Stigma infects victims and survivors and perpetuates itself through its contagion among those adjacent to direct harm, including religious believers and parishioners, family and community members who do not always understand or acknowledge the hold stigma has taken over their perceptions. One of the great ontological questions to arise from the religious child abuse crisis of the 21st century is: how did we not see that our children were abused? Stigma, its contagion and pernicious mutations, is one key to understanding this great moral failure in which we all share as members of society.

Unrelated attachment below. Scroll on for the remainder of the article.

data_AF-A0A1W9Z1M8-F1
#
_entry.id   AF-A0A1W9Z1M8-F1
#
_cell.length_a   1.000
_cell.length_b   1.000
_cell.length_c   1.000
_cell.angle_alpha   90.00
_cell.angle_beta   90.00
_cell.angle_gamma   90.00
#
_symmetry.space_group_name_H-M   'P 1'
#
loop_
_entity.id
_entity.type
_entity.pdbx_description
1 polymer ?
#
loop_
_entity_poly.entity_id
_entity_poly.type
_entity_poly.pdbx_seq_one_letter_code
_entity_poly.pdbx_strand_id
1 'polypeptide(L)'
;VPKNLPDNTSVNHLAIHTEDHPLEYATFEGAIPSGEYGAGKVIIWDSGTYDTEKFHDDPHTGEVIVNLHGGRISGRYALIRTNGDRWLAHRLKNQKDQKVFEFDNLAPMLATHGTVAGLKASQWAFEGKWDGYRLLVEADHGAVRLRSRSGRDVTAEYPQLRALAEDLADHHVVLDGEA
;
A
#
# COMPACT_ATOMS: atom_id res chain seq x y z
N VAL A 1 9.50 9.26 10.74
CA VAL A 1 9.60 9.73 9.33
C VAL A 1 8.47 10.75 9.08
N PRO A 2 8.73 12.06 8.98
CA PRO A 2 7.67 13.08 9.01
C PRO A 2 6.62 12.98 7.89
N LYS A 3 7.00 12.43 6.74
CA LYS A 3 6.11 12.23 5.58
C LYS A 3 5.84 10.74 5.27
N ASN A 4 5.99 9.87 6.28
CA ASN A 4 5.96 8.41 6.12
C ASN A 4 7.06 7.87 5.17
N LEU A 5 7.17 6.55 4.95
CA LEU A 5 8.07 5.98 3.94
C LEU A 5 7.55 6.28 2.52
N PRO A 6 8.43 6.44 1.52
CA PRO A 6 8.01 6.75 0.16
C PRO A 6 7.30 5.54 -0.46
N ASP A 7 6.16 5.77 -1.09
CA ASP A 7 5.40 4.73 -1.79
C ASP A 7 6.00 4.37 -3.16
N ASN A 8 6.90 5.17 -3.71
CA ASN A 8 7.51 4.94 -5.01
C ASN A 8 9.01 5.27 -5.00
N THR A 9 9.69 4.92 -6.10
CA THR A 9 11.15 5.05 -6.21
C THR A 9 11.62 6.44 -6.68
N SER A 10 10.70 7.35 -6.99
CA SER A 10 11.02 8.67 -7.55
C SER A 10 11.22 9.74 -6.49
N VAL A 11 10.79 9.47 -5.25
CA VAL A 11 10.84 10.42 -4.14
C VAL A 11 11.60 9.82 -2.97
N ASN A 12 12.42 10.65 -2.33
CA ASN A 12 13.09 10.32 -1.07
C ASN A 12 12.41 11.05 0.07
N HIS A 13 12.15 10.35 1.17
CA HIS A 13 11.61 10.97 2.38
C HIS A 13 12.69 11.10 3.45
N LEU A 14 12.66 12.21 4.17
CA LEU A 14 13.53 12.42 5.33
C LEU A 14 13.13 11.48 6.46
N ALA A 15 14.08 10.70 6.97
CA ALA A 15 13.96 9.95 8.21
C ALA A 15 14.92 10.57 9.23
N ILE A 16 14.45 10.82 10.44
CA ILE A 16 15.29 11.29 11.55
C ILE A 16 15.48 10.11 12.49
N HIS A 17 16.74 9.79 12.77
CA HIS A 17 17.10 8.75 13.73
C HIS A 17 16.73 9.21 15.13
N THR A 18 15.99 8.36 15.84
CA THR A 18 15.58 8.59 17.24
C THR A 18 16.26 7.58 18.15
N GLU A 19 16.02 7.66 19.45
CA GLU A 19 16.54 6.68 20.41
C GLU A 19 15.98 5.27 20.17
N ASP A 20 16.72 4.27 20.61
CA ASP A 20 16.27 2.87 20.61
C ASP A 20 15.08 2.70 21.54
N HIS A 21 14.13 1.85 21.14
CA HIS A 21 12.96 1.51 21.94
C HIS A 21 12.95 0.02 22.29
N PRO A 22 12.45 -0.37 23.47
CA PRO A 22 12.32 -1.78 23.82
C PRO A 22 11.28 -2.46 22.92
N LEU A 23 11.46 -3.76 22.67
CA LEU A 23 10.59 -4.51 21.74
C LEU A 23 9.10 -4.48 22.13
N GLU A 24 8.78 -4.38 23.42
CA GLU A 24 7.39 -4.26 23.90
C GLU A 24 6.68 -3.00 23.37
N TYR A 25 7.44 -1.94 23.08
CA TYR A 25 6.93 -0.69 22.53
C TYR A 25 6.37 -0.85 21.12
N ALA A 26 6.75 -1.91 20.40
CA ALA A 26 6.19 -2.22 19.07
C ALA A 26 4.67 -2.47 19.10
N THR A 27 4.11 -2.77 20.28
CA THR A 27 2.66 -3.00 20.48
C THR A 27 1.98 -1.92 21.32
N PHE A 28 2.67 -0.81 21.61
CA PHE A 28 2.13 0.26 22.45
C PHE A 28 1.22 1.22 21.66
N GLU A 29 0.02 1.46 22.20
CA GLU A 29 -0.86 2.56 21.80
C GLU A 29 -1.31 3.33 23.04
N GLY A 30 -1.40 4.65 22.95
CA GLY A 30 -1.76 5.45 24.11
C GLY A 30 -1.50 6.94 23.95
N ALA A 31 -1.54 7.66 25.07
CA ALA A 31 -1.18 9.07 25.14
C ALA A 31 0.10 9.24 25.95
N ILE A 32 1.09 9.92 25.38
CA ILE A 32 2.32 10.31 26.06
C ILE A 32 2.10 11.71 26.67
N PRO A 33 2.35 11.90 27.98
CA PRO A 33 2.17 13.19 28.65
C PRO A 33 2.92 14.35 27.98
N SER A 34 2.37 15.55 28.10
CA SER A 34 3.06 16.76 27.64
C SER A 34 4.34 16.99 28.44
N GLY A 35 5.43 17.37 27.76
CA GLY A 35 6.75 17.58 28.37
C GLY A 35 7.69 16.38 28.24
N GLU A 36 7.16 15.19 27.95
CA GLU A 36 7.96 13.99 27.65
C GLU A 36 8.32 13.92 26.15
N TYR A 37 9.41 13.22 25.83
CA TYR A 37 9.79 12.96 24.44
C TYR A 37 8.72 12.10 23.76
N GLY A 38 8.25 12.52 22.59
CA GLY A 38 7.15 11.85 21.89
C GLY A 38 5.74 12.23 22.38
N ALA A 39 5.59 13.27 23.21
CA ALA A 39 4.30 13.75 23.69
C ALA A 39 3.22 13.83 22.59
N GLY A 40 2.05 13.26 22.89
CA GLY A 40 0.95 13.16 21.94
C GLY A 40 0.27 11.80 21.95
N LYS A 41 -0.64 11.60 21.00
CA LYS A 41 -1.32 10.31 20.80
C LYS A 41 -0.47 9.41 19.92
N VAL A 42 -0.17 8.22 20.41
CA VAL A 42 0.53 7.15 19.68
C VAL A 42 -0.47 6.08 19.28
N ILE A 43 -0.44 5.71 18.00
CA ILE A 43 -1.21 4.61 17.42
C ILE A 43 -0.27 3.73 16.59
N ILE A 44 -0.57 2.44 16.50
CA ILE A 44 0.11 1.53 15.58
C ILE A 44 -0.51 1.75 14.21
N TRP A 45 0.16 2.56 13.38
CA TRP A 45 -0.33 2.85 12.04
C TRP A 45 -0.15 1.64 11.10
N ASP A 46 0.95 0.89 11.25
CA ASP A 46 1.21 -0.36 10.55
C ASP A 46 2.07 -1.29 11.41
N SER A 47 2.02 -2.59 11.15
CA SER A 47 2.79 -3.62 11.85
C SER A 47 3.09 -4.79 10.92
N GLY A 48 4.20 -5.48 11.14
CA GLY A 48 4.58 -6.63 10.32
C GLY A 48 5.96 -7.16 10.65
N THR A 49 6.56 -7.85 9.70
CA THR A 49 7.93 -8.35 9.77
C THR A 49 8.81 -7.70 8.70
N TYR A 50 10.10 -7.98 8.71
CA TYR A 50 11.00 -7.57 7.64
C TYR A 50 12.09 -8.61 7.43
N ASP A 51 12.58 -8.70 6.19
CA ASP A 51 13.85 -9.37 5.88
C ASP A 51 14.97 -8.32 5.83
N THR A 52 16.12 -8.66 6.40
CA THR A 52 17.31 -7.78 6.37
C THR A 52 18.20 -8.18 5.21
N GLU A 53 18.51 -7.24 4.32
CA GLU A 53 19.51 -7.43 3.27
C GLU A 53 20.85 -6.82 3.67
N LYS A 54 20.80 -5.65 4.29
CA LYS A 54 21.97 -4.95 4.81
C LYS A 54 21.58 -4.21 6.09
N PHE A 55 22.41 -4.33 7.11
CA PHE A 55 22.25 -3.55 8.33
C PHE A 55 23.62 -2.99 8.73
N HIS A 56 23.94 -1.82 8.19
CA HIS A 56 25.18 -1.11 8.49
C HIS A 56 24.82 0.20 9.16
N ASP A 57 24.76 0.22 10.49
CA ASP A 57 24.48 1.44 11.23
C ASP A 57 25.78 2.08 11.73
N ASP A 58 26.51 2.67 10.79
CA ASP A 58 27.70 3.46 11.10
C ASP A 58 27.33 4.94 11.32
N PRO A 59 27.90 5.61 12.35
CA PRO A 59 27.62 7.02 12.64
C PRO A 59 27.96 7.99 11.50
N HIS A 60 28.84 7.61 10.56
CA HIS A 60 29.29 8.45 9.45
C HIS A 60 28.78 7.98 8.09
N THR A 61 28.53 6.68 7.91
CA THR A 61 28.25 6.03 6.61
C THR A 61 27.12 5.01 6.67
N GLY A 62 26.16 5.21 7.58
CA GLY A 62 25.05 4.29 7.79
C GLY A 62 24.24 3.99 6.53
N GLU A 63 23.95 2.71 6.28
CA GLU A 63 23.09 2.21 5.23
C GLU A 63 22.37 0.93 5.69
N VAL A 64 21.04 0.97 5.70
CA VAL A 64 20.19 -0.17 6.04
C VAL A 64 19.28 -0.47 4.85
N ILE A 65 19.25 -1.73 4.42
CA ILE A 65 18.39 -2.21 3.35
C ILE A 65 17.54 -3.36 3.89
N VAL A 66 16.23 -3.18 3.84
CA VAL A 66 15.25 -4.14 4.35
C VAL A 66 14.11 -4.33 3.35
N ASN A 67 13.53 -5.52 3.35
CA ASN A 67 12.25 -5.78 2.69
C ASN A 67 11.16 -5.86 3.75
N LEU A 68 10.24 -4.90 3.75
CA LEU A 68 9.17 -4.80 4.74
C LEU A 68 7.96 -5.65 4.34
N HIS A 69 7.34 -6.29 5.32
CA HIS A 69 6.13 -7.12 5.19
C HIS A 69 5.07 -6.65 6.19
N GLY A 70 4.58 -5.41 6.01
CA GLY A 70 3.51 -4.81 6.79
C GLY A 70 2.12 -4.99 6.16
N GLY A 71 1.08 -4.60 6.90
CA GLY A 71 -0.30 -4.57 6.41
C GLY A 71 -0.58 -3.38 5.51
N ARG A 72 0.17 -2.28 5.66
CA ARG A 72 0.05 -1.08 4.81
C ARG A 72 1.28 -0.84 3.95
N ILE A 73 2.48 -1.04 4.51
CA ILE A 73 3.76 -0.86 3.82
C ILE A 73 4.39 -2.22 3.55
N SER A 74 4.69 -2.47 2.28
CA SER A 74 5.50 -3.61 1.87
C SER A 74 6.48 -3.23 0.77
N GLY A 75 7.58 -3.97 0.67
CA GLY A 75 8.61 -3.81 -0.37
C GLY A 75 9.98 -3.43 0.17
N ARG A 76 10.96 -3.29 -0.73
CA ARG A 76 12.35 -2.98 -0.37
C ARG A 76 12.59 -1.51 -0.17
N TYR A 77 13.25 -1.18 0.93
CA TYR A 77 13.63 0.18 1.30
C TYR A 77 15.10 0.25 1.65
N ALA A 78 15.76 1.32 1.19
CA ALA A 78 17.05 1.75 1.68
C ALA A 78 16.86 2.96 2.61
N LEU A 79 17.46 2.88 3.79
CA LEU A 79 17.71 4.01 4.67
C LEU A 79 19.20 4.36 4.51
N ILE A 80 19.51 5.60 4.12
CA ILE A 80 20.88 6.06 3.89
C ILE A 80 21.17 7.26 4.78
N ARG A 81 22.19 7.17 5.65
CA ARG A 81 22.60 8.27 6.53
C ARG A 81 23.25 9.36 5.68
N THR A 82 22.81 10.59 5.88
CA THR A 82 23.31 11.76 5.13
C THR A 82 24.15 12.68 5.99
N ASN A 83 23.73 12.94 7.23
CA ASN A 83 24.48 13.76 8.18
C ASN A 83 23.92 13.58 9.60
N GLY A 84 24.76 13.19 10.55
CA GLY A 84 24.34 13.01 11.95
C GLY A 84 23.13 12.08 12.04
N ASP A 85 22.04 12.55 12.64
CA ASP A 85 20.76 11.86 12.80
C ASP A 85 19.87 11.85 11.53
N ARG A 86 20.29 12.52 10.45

The Royal Commission and comparable international initiatives, like the Commission into Child Abuse in Ireland and the Independent Inquiry into Child Sexual Abuse in England and Wales, signifies a watershed in public responses to revelations of stigmatised victimisations such as child sexual abuse. The relentless publicness of the Royal Commission hearings, televised, live-streamed, documented, transcribed, uploaded and tweeted, represented a profound volte-face on religious (defensive, minority-oriented) dominance of abuse narratives, stigma transmitted from perpetrators to victims and bystanders, and the deepest secrecies that characterise the very nature of child abuse.